As a cutting-edge technology, earlier, indirect-type measurement was found as a quick way of implementation and uses car speed and other parameters for indirectly measuring car pressure and so forth [4]. In the meanwhile, direct-type measuring systems are mostly used in a vehicle industry today; therefore we presented a technical design and theoretical analysis of a pressure sensor for this direct-type measurement system [3, 5].

This paper gives the requirement of the direct-type TPMS technology and discusses its pressure sensor design parameters and linear behavior after we concluded our simulation results. Previous research work carried out in the field of piezoresistive thin-film and microelectromechanical systems (MEMS) pressure sensor focused on optimizing design by analyzing parameters such as doping concentration, geometries, dimension, manufacturing techniques, and diaphragm shapes. This work analyzes the traditional zigzag pattern of metal strain gauges in the thin-film and MEMS technology.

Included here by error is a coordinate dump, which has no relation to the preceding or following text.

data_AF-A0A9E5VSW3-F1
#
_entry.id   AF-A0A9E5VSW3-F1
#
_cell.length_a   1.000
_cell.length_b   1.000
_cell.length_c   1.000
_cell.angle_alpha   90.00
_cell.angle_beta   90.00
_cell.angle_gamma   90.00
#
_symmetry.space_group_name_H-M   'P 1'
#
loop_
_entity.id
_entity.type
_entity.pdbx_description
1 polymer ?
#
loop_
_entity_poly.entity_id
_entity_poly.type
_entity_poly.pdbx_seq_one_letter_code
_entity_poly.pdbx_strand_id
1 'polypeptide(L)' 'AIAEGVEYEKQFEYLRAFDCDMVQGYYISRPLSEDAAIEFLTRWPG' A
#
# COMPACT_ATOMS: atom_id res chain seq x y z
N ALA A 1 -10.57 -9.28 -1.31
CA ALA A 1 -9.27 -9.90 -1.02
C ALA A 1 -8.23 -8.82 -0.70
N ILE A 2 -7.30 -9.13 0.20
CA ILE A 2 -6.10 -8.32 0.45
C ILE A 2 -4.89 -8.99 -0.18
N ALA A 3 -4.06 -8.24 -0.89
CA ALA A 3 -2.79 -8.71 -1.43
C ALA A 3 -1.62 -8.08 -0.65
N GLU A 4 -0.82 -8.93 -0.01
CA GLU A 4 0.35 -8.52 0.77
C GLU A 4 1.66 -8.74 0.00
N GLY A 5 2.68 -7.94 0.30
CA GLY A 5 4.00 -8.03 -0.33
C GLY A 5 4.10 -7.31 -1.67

Consequently, piezoresistors resistivity changes with applied strain. The diaphragm is used for measuring the radial and tangential stresses or applied strain on piezoresistive element. The pressure sensor can be fabricated at low price in bulk quantities with reducing size and using the thin-film and rugged MEMS fabrication process. Other sensors for TPMS, accelerometer and temperature, can also be developed on the same stainless steel material in a single housing. The sensors can be attached with separate electronics and battery modules, which will allow for easy replacement of the required module, thus reducing the overall cost as shown in Figure 1.